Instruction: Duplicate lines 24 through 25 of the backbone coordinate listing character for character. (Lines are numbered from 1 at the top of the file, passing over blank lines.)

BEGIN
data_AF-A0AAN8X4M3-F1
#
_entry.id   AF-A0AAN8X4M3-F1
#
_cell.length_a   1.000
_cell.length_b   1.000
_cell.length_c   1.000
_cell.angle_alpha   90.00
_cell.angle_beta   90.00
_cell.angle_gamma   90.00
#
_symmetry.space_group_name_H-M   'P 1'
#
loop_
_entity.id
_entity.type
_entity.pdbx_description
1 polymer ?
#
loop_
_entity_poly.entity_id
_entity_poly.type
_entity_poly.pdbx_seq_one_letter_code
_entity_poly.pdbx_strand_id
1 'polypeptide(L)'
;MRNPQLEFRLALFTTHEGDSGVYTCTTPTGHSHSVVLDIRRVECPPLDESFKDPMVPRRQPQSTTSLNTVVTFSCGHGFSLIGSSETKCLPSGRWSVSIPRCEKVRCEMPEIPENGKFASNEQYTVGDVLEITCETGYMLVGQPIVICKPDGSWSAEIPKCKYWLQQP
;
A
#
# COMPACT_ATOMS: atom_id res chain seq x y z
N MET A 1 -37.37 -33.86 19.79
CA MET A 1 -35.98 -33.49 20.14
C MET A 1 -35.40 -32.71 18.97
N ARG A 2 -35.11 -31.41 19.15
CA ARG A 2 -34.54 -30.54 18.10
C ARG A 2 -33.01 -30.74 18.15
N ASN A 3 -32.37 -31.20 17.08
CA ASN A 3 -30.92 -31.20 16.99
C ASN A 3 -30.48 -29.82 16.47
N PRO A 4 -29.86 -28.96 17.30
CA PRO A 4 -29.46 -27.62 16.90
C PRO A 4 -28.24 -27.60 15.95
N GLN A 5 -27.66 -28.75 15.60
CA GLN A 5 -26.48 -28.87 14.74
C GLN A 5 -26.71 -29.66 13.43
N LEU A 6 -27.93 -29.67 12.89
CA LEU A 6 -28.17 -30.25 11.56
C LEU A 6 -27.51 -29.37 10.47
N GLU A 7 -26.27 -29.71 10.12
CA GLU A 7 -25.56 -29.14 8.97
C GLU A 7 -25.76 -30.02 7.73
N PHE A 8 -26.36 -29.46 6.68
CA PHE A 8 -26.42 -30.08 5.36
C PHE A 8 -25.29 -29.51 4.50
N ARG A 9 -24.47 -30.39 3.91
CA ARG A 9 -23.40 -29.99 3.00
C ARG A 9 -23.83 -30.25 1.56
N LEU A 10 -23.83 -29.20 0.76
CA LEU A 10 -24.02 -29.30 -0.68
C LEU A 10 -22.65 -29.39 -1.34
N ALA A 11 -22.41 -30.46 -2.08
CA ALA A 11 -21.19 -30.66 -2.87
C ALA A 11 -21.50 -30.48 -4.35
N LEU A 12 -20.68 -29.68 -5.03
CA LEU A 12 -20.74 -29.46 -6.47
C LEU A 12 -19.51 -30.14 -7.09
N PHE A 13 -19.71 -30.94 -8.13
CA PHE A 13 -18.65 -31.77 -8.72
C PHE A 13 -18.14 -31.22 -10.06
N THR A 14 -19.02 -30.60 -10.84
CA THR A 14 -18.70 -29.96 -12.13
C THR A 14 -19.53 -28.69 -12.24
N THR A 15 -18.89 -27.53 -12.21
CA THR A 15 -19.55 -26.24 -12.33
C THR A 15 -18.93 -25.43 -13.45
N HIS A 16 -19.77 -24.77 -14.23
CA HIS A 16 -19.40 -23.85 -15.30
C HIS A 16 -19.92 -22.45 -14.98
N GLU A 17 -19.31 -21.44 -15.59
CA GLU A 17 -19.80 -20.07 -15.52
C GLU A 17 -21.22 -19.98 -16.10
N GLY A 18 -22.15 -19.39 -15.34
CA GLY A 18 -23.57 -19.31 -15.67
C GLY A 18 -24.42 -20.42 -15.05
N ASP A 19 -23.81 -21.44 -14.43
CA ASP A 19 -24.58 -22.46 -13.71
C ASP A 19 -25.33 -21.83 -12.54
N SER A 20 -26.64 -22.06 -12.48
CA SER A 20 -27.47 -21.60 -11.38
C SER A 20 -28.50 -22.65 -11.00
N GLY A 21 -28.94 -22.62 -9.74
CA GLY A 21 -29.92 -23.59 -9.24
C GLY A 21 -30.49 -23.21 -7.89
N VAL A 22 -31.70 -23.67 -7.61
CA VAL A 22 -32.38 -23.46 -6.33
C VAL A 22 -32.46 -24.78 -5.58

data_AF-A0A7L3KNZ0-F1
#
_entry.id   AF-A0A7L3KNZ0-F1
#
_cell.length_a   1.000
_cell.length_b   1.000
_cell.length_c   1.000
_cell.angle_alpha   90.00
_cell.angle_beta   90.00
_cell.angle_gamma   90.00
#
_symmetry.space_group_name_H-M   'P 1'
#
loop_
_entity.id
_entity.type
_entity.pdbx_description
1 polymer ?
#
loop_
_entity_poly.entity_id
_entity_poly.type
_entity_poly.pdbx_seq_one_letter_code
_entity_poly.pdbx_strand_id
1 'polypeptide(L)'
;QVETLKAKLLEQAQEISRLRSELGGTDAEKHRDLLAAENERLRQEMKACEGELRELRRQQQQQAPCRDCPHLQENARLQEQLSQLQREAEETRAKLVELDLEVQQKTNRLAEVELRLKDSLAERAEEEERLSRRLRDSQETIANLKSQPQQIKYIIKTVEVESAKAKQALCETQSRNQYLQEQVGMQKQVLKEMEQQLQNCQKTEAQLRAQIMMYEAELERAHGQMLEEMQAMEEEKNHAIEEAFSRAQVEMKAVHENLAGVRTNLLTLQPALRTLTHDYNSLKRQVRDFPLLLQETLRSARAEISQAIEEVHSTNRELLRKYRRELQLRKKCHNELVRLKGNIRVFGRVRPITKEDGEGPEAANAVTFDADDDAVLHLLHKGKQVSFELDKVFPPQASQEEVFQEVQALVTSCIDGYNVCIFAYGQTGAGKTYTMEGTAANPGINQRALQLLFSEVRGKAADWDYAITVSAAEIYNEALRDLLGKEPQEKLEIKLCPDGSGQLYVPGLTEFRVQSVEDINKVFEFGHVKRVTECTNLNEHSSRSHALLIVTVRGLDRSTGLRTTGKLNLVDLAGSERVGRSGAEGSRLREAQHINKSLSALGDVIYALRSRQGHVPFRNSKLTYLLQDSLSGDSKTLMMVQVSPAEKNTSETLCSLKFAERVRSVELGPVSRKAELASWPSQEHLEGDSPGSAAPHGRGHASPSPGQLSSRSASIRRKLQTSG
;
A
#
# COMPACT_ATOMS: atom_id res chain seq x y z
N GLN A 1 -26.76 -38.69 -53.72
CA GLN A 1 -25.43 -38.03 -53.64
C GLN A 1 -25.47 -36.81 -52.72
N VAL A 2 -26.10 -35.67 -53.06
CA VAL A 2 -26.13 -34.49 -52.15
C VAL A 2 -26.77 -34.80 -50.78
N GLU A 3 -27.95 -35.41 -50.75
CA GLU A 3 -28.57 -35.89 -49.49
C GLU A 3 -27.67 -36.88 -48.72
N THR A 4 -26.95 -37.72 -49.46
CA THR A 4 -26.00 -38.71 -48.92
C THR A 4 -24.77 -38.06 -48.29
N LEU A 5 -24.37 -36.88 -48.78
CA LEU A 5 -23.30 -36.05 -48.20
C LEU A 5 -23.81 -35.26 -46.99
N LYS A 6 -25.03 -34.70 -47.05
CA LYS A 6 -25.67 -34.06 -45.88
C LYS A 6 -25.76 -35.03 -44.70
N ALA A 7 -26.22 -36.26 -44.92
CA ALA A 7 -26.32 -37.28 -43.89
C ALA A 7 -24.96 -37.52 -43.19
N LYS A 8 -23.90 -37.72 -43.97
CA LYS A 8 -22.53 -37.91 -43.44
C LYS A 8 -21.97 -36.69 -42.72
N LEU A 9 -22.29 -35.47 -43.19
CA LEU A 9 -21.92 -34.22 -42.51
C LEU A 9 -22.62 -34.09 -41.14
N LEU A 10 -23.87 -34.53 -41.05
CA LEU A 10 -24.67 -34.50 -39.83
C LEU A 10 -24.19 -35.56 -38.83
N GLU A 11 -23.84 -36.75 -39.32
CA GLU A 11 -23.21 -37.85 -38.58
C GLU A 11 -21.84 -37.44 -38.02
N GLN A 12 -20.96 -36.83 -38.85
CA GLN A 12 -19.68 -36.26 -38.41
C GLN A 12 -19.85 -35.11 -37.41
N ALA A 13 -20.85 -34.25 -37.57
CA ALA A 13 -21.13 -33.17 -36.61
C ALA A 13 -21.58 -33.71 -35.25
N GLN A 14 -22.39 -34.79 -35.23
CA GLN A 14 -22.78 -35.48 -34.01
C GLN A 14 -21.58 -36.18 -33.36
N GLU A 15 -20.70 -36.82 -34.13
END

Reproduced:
_entity_poly.pdbx_strand_id
1 'polypeptide(L)'